Businesses still caught up in red tape

0
607

The south west’s SMEs see no evidence that the Government is fulfilling its promise to cut “red tape” affecting businesses, according to a new survey.

Exactly three-quarters of owner-managed companies believe that the amount of regulations affecting them has increased over the past year. The remainder saying they have noticed little difference either way, more than two years after then Chancellor Gordon Brown promised British business that he would light “a bonfire of red tape”.  

These are among the findings of the latest Red Tape Watchdog survey, carried out by Top 50 accountancy firm Bishop Fleming, which has offices in Bristol, Exeter, Torquay, Plymouth and Truro.

Since April, employers have had to deal with a raft of new legislation, including a new Employment Act, which enforces changes to the National Minimum Wage, and new holiday entitlements being introduced for some workers under the Working Time Regulations. The next six months will see more provisions of the Companies Act coming into force, along with new paternity leave and pay regulations.   

The sheer number and scale of the various employment regulations on the statute book is reflected in the Bishop Fleming survey, which highlights employment-related issues as being the biggest problem for 41% of businesses.  

The survey, conducted among around 500 businesses across the south west, also reveals that almost half – 47% – of firms are spending more than £5,000 a year on complying with red tape, compared with a figure of 42% a year ago. Just 2% of firms say they devote less time on red tape compared with a year ago.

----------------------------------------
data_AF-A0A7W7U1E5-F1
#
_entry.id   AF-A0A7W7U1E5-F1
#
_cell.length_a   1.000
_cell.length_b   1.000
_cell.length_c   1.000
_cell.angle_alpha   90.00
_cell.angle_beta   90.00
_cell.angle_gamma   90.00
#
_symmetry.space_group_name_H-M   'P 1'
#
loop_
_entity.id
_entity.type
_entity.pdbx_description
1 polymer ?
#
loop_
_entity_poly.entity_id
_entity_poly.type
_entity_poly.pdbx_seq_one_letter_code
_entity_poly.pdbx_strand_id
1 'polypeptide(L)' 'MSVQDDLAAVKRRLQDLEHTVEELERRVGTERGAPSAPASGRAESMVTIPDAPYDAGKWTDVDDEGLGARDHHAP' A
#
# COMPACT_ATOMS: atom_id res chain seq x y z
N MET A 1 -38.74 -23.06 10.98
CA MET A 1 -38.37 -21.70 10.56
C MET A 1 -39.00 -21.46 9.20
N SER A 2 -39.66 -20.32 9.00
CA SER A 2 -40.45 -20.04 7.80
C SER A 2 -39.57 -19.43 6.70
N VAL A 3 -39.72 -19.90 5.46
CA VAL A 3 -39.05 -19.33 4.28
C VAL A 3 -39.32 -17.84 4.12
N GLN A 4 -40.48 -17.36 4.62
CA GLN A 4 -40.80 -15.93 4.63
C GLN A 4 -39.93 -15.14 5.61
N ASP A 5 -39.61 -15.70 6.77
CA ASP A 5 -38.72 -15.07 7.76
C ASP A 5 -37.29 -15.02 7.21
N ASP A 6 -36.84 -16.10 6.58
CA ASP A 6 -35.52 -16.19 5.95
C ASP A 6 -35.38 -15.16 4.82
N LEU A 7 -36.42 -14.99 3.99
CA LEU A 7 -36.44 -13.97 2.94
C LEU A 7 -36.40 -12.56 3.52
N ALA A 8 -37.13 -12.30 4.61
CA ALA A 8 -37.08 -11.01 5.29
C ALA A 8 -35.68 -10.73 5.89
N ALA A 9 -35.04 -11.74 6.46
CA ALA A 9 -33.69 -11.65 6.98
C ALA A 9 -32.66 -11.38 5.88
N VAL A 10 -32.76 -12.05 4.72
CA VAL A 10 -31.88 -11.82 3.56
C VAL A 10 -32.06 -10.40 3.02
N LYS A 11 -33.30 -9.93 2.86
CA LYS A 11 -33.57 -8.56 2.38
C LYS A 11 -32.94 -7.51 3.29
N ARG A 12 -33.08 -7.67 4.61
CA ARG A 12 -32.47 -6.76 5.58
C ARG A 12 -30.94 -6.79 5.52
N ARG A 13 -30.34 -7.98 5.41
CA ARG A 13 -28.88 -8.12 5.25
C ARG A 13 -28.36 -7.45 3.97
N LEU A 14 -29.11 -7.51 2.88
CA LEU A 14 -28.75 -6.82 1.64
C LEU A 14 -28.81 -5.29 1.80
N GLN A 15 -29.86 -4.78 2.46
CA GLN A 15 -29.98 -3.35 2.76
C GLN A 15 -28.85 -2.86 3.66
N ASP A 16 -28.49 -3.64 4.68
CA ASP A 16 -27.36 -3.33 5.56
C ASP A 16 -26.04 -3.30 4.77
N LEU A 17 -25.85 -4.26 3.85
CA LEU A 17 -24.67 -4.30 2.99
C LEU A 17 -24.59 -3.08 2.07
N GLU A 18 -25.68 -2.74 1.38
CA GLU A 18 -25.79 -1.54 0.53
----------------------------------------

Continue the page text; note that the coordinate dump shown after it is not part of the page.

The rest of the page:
Meanwhile exactly a third of businesses say red tape accounts for more than 10% of their time, with 12% saying it takes up over a fifth of their working week. The number who say they are spending “significantly more” time on complying with regulation stands at 46%, although this is down on a year ago, when the figure was 60%.

And when asked how they found out about new regulation affecting their business, over a quarter responded that it was through their professional advisers – although an even larger number – 36% – say they have to find out the information for themselves. 

Brian Payne, chief executive at Bishop Fleming, said: “Unfortunately our findings chime with those of the British Chambers of Commerce, which recently calculated that the cost of new regulations affecting UK businesses had increased by £10 billion over the past year.

“Of course many regulations serve to cut costs for companies, for example allowing small businesses to file more simple accounts at Companies House. But the fact remains that too many regulations place an unnecessary burden on small owner-managed firms, which are the lifeblood of our economy, particularly here in the south west.

“These businesses are now facing the toughest economic environment for a generation and desperately need the Government to get serious about its commitment to reducing red tape.”